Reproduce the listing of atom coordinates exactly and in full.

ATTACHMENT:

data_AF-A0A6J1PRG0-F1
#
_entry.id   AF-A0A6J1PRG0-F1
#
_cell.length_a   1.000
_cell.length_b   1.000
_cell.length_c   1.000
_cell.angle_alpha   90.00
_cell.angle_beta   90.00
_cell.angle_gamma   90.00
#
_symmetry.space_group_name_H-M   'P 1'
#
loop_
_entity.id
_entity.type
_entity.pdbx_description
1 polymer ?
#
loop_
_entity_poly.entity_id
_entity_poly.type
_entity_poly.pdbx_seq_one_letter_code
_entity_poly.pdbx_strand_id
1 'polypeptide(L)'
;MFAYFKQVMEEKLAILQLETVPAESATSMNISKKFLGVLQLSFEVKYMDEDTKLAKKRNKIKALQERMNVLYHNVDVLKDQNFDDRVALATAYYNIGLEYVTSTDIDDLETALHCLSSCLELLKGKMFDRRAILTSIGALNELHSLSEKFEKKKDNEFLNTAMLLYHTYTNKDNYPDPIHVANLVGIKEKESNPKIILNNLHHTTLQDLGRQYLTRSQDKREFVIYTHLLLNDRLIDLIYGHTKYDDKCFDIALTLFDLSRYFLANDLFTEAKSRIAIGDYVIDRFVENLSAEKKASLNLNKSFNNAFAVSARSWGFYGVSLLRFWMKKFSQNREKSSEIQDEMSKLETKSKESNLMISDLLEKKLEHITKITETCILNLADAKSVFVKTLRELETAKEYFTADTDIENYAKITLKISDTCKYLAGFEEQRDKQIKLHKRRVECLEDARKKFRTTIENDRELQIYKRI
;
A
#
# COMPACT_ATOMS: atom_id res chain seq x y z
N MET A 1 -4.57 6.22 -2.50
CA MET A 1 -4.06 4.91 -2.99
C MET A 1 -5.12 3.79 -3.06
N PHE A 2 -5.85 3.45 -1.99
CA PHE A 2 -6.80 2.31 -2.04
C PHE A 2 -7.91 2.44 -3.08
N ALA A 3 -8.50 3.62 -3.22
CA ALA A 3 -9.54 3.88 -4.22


data_AF-A0A6J1PRG0-F1
#
_entry.id   AF-A0A6J1PRG0-F1
#
_cell.length_a   1.000
_cell.length_b   1.000
_cell.length_c   1.000
_cell.angle_alpha   90.00
_cell.angle_beta   90.00
_cell.angle_gamma   90.00
#
_symmetry.space_group_name_H-M   'P 1'
#
loop_
_entity.id
_entity.type
_entity.pdbx_description
1 polymer ?
#
loop_
_entity_poly.entity_id
_entity_poly.type
_entity_poly.pdbx_seq_one_letter_code
_entity_poly.pdbx_strand_id
1 'polypeptide(L)'
;MFAYFKQVMEEKLAILQLETVPAESATSMNISKKFLGVLQLSFEVKYMDEDTKLAKKRNKIKALQERMNVLYHNVDVLKDQNFDDRVALATAYYNIGLEYVTSTDIDDLETALHCLSSCLELLKGKMFDRRAILTSIGALNELHSLSEKFEKKKDNEFLNTAMLLYHTYTNKDNYPDPIHVANLVGIKEKESNPKIILNNLHHTTLQDLGRQYLTRSQDKREFVIYTHLLLNDRLIDLIYGHTKYDDKCFDIALTLFDLSRYFLANDLFTEAKSRIAIGDYVIDRFVENLSAEKKASLNLNKSFNNAFAVSARSWGFYGVSLLRFWMKKFSQNREKSSEIQDEMSKLETKSKESNLMISDLLEKKLEHITKITETCILNLADAKSVFVKTLRELETAKEYFTADTDIENYAKITLKISDTCKYLAGFEEQRDKQIKLHKRRVECLEDARKKFRTTIENDRELQIYKRI
;
A
#
# COMPACT_ATOMS: atom_id res chain seq x y z
N MET A 1 -4.57 6.22 -2.50
CA MET A 1 -4.06 4.91 -2.99
C MET A 1 -5.12 3.79 -3.06
N PHE A 2 -5.85 3.45 -1.99
CA PHE A 2 -6.80 2.31 -2.04
C PHE A 2 -7.91 2.44 -3.08
N ALA A 3 -8.50 3.62 -3.22
CA ALA A 3 -9.54 3.88 -4.22